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Michael Compton, Jacqueline Snow; Memory for real objects is better than images – but only when they are within reach. Journal of Vision 2017;17(10):242. doi: 10.1167/17.10.242.
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Previous studies of human memory have focused on stimuli in the form of two-dimensional images, rather than tangible real-world objects. Previously, we found a memory advantage for real-world objects versus colored photographs of the same items. A potential explanation for this 'real object advantage' (ROA) is that real objects (but not their representations) afford genuine physical interaction. Here, we examined directly whether the ROA is influenced by reachability by comparing memory performance for images versus real objects, when they are presented either within versus outside of reach. Participants were asked to memorize 112 different objects: half were real objects and the remainder were high-resolution color images of objects. Half of the stimuli in each display format were presented within reach, and the remainder were outside of reaching distance. The images were matched closely to the real objects for size, viewing angle, background and illumination. Participants completed a free recall task, a recognition task, and also a task in which they indicated whether the object was displayed as a real object or an image. We predicted that if graspability is important in driving the ROA, then stimuli positioned beyond reach should have no influence on memory for images, but should impair memory for real objects. In line with this prediction, we found that free recall for real objects was superior to images, but only when the objects were within reach. Conversely, recall for images was unaffected by distance, suggesting that the effect for the real objects was not attributable to distance-related changes such as retinal size. A similar pattern was observed in participants' ability to indicate the format in which the stimuli were presented Reachability is a critical determinant of the ROA.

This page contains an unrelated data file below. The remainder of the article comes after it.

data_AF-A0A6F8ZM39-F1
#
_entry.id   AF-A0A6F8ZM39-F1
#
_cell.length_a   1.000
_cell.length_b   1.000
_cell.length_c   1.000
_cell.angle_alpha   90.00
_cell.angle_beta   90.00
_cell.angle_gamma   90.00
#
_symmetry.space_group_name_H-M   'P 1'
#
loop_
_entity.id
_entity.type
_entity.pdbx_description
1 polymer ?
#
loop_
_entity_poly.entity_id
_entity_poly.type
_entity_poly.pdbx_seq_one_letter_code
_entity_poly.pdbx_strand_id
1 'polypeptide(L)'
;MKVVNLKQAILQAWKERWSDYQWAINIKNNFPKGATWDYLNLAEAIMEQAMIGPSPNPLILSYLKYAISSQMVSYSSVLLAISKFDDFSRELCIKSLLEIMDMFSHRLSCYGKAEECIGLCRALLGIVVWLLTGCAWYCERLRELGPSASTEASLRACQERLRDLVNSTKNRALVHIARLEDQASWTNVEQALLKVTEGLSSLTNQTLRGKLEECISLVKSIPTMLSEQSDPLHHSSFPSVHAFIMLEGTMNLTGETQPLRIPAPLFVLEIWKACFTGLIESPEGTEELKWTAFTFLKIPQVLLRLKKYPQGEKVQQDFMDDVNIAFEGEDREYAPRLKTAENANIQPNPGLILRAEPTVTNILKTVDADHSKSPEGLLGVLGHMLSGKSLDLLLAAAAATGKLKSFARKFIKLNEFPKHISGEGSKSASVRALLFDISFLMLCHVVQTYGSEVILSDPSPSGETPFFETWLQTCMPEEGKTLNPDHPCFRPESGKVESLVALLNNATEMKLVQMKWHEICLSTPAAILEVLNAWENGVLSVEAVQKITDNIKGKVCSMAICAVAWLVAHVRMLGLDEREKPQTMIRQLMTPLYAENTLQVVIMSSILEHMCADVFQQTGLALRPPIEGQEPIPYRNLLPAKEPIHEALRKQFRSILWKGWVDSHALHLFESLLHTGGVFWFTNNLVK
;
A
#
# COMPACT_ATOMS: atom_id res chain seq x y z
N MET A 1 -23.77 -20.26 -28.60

Meeting abstract presented at VSS 2017
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